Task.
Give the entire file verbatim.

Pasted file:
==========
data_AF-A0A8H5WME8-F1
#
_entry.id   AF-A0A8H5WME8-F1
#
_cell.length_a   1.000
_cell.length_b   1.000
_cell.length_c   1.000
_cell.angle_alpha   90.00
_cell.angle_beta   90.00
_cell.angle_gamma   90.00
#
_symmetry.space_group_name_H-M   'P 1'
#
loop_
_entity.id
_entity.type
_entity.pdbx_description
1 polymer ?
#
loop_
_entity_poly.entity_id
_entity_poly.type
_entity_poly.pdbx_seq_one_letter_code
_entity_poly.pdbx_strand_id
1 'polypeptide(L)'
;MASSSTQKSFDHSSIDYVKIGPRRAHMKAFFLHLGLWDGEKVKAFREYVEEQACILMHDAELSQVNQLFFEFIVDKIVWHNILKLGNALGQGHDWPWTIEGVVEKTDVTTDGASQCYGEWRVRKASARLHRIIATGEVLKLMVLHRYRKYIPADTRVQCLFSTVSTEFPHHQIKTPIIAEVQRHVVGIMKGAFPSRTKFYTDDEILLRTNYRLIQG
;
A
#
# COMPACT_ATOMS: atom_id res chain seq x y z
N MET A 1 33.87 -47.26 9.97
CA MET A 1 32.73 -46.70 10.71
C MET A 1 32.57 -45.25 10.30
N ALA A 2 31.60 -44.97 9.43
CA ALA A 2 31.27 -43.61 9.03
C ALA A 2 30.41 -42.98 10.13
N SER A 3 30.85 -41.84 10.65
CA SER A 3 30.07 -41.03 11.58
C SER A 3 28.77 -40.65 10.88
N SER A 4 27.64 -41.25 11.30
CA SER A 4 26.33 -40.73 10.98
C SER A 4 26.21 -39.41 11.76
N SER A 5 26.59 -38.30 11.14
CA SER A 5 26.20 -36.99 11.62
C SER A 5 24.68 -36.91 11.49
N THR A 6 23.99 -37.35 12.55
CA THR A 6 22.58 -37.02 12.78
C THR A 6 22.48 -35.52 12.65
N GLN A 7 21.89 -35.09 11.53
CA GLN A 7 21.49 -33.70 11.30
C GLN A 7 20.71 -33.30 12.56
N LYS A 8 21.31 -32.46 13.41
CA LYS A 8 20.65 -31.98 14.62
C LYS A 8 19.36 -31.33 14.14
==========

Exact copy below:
data_AF-A0A8H5WME8-F1
#
_entry.id   AF-A0A8H5WME8-F1
#
_cell.length_a   1.000
_cell.length_b   1.000
_cell.length_c   1.000
_cell.angle_alpha   90.00
_cell.angle_beta   90.00
_cell.angle_gamma   90.00
#
_symmetry.space_group_name_H-M   'P 1'
#
loop_
_entity.id
_entity.type
_entity.pdbx_description
1 polymer ?
#
loop_
_entity_poly.entity_id
_entity_poly.type
_entity_poly.pdbx_seq_one_letter_code
_entity_poly.pdbx_strand_id
1 'polypeptide(L)'
;MASSSTQKSFDHSSIDYVKIGPRRAHMKAFFLHLGLWDGEKVKAFREYVEEQACILMHDAELSQVNQLFFEFIVDKIVWHNILKLGNALGQGHDWPWTIEGVVEKTDVTTDGASQCYGEWRVRKASARLHRIIATGEVLKLMVLHRYRKYIPADTRVQCLFSTVSTEFPHHQIKTPIIAEVQRHVVGIMKGAFPSRTKFYTDDEILLRTNYRLIQG
;
A
#
# COMPACT_ATOMS: atom_id res chain seq x y z
N MET A 1 33.87 -47.26 9.97
CA MET A 1 32.73 -46.70 10.71
C MET A 1 32.57 -45.25 10.30
N ALA A 2 31.60 -44.97 9.43
CA ALA A 2 31.27 -43.61 9.03
C ALA A 2 30.41 -42.98 10.13
N SER A 3 30.85 -41.84 10.65
CA SER A 3 30.07 -41.03 11.58
C SER A 3 28.77 -40.65 10.88
N SER A 4 27.64 -41.25 11.30
CA SER A 4 26.33 -40.73 10.98
C SER A 4 26.21 -39.41 11.76
N SER A 5 26.59 -38.30 11.14
CA SER A 5 26.20 -36.99 11.62
C SER A 5 24.68 -36.91 11.49
N THR A 6 23.99 -37.35 12.55
CA THR A 6 22.58 -37.02 12.78
C THR A 6 22.48 -35.52 12.65
N GLN A 7 21.89 -35.09 11.53
CA GLN A 7 21.49 -33.70 11.30
C GLN A 7 20.71 -33.30 12.56
N LYS A 8 21.31 -32.46 13.41
CA LYS A 8 20.65 -31.98 14.62
C LYS A 8 19.36 -31.33 14.14